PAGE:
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Publication numberUS4959842 A
Publication typeGrant
Application numberUS 07/181,203
Publication dateSep 25, 1990
Filing dateApr 13, 1988
Priority dateApr 13, 1988
Fee statusPaid
Publication number07181203, 181203, US 4959842 A, US 4959842A, US-A-4959842, US4959842 A, US4959842A
InventorsG. David Forney, Jr.
Original AssigneeCodex Corporation
Export CitationBiBTeX, EndNote, RefMan
External Links: USPTO, USPTO Assignment, Espacenet
For communicating data over a channel
US 4959842 A
Abstract
A Voronoi signal constellation with ties includes those points of a lattice Λ (or a coset Λ+c) that lie within a Voronoi region of a sublattice Λ' of Λ, Λ' being other then a scaled version of Λ, and the constellation includes more than |Λ/Λ'| points, where |Λ/Λ'| is the order of the lattice partition Λ/Λ'. In order aspects, the lattices Λ and Λ' are of dimension greater than two; the sublattice Λ' is a version of a binary lattice of depth at least two and normalized informativity less than one; a method is provided of mapping from m data bits to a point drawn from a Voronoi constellation of more than 2m points, based on an N-dimensional lattice partition Λ/Λ'; and Voronoi constellations are provided comprising points of a lattice Λ (or a coset Λ+c) that lie within a Voronoi region of a sublattice Λ' of Λ, the sublattice Λ' comprising a binary lattice of depth two and normalized informativity less than one. Such sublattices Λ' are also useful in lattice quantizers.
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Claims(31)
I claim:
1. Apparatus for communicating data over a channel comprising
an encoder for selecting a series of signal points from a constellation of available points, said constellation comprising points of a lattice Λ (or a coset Λ+c, where c is a translation vector) that lie within a Voronoi region of a sublattice Λ' of Λ, Λ' being other than a scaled version of Λ, said constellation comprising more than |Λ/Λ'| points, where |Λ/ζ'| is the order of the lattice partition Λ/Λ', and
a modulator for modulating a carrier on said channel in accordance with said selected series of signal points.
2. Apparatus for communicating data over a channel comprising
an encoder for selecting a series of signal points from a constellation of available points, said constellation comprising points of a lattice Λ (or a coset Λ+c, where c is a translation vector) that lie within a Voronoi region of a sublattice Λ' of Λ, said lattices Λ and Λ' being of dimension greater than two, said constellation comprising more than |Λ/Λ'| points, where |Λ/Λ'| is the order of the lattice partition Λ/Λ', and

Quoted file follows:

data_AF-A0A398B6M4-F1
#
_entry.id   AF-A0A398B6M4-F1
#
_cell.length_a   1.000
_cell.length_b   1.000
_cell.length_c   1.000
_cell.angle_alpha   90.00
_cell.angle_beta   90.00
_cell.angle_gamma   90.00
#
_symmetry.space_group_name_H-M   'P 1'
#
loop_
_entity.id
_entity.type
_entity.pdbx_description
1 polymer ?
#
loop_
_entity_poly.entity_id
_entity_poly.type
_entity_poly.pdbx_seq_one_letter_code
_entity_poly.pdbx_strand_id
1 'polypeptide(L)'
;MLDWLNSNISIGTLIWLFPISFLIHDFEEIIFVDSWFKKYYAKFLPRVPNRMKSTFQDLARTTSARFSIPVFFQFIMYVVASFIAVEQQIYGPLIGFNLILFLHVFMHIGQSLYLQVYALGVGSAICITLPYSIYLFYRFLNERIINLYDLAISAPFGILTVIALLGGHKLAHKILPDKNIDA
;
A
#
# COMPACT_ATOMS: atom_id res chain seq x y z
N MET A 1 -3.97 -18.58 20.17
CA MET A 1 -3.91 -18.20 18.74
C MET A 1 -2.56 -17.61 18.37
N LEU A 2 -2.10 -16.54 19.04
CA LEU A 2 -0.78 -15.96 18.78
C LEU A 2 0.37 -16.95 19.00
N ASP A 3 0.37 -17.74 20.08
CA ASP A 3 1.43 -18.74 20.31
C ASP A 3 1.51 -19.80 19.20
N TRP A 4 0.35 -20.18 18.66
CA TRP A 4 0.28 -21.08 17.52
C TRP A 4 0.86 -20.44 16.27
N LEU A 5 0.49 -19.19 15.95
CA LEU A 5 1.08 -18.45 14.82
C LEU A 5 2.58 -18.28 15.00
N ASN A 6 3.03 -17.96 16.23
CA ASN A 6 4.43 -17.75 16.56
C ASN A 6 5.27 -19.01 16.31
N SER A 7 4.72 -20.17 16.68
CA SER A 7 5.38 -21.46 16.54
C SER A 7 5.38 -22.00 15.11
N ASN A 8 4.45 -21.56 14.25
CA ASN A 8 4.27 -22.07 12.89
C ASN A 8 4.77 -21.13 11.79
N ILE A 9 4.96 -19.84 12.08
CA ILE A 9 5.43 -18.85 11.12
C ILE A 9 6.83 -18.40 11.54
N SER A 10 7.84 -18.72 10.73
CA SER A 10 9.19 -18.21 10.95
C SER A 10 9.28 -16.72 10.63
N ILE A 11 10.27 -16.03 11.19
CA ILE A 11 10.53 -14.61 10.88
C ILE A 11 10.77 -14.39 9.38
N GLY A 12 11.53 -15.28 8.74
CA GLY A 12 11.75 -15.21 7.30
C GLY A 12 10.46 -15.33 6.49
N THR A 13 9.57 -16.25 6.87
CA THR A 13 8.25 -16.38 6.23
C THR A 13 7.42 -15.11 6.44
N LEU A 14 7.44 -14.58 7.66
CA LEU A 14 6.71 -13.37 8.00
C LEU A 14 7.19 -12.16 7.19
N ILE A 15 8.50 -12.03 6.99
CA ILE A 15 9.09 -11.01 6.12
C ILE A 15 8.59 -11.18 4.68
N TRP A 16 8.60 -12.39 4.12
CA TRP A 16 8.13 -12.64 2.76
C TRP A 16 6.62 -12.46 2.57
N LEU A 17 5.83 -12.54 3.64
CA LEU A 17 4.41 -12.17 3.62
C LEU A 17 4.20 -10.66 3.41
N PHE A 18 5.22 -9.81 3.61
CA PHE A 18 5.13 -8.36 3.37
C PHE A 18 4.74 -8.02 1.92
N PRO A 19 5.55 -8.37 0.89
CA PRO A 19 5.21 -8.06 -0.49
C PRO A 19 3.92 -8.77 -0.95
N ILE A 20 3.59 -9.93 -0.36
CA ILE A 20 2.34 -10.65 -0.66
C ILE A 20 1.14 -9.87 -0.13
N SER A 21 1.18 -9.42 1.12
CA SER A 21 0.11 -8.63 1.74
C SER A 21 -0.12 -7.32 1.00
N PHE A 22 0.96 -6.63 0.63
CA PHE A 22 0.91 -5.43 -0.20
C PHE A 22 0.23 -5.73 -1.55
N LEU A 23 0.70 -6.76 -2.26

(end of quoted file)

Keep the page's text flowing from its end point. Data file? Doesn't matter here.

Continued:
a modulator for modulating a carrier on said channel in accordance with said selected series of signal points.
3. Apparatus for communicating data over a channel comprising
an encoder for selecting a series of signal points from a constellation of available points, said costellation comprising points of a lattice Λ (or a coset Λ+c, where c is a translation vector) that lie within a Voronoi region of a sublattice Λ' of Λ, Λ' comprising a version of a binary lattice of depth at least two and normalized informativity less than one, and
a modulator for modulating a carrier on said channel in accordance with said selected series of signal points.
4. The apparatus of claim 1, 2, or 3 wherein said constellation includes all points of said Voronoi region, including all boundary points in Λ (or Λ+c).
5. The apparatus of claim 1, 2, or 3 wherein c is selected so that said constellation has a predetermined symmetry.
6. The apparatus of claim 5 wherein said symmetry is a rotational symmetry about the origin.
7. The apparatus of claim 6 wherein said rotational symmetry is three-way, four-way, or six-way.
8. The apparatus of claim 1, 2, or 3 wherein said encoder may encode at least one element of said data into any one of at least two different points of said constellation.
9. The apparatus of claim 8 wherein
the result of said encoding is that said at least two different points occur with equal probability.
10. The apparatus of claim 8 wherein, when said one data element appears, said encoder chooses among said at least two different points based on a secondary stream of data, thereby providing an opportunistic secondary channel for said secondary stream.
11. The apparatus of claim 8 wherein said at least two different points lie on the boundary of said Voronoi region.
12. The apparatus of claim 1, 2, or 3 wherein sublattice Λ' is of a different type from lattice Λ.
13. The apparatus of claim 1, 2, or 3 wherein said series of signal points is selected based on a coset code.
14. The apparatus of claim 1, 2, or 3 wherein said lattice Λ is a version of an integer lattice ZN, N an integer.
15. The apparatus of claim 1, 2, or 3 wherein said lattice Λ is a ternary or quaternary lattice whose constituent 2D lattice is a version of the hexagonal lattice Λ2.